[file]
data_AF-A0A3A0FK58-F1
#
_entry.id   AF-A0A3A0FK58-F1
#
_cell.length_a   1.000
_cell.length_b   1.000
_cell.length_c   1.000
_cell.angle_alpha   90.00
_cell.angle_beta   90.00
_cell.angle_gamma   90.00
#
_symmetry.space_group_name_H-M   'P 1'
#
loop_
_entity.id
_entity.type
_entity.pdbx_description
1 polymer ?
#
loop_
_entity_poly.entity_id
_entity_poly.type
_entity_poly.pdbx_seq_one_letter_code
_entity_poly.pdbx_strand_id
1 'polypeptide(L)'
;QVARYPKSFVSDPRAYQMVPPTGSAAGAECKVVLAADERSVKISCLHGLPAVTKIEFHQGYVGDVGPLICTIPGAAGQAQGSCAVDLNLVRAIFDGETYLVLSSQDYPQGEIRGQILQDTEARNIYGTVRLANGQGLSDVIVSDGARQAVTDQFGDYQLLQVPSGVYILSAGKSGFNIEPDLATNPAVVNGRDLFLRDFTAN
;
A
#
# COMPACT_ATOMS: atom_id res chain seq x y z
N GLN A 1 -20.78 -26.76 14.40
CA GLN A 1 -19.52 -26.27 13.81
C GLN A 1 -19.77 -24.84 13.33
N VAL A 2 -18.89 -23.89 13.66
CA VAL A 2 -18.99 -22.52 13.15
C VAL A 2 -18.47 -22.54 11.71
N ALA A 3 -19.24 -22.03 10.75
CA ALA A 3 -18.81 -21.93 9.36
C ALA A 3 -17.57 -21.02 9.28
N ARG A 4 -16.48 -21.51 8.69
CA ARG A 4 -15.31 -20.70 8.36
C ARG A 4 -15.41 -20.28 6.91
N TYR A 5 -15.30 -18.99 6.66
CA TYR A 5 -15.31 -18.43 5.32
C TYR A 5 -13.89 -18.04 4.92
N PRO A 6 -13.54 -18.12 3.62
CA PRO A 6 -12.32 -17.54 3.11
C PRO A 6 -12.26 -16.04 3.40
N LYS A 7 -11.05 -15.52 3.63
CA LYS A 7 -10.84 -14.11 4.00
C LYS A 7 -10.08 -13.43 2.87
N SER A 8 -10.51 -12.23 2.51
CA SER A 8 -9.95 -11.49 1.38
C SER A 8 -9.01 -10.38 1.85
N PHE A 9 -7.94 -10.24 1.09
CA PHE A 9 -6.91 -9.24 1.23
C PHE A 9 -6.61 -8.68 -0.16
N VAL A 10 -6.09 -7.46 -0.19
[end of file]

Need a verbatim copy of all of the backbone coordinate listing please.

data_AF-A0A3A0FK58-F1
#
_entry.id   AF-A0A3A0FK58-F1
#
_cell.length_a   1.000
_cell.length_b   1.000
_cell.length_c   1.000
_cell.angle_alpha   90.00
_cell.angle_beta   90.00
_cell.angle_gamma   90.00
#
_symmetry.space_group_name_H-M   'P 1'
#
loop_
_entity.id
_entity.type
_entity.pdbx_description
1 polymer ?
#
loop_
_entity_poly.entity_id
_entity_poly.type
_entity_poly.pdbx_seq_one_letter_code
_entity_poly.pdbx_strand_id
1 'polypeptide(L)'
;QVARYPKSFVSDPRAYQMVPPTGSAAGAECKVVLAADERSVKISCLHGLPAVTKIEFHQGYVGDVGPLICTIPGAAGQAQGSCAVDLNLVRAIFDGETYLVLSSQDYPQGEIRGQILQDTEARNIYGTVRLANGQGLSDVIVSDGARQAVTDQFGDYQLLQVPSGVYILSAGKSGFNIEPDLATNPAVVNGRDLFLRDFTAN
;
A
#
# COMPACT_ATOMS: atom_id res chain seq x y z
N GLN A 1 -20.78 -26.76 14.40
CA GLN A 1 -19.52 -26.27 13.81
C GLN A 1 -19.77 -24.84 13.33
N VAL A 2 -18.89 -23.89 13.66
CA VAL A 2 -18.99 -22.52 13.15
C VAL A 2 -18.47 -22.54 11.71
N ALA A 3 -19.24 -22.03 10.75
CA ALA A 3 -18.81 -21.93 9.36
C ALA A 3 -17.57 -21.02 9.28
N ARG A 4 -16.48 -21.51 8.69
CA ARG A 4 -15.31 -20.70 8.36
C ARG A 4 -15.41 -20.28 6.91
N TYR A 5 -15.30 -18.99 6.66
CA TYR A 5 -15.31 -18.43 5.32
C TYR A 5 -13.89 -18.04 4.92
N PRO A 6 -13.54 -18.12 3.62
CA PRO A 6 -12.32 -17.54 3.11
C PRO A 6 -12.26 -16.04 3.40
N LYS A 7 -11.05 -15.52 3.63
CA LYS A 7 -10.84 -14.11 4.00
C LYS A 7 -10.08 -13.43 2.87
N SER A 8 -10.51 -12.23 2.51
CA SER A 8 -9.95 -11.49 1.38
C SER A 8 -9.01 -10.38 1.85
N PHE A 9 -7.94 -10.24 1.09
CA PHE A 9 -6.91 -9.24 1.23
C PHE A 9 -6.61 -8.68 -0.16
N VAL A 10 -6.09 -7.46 -0.19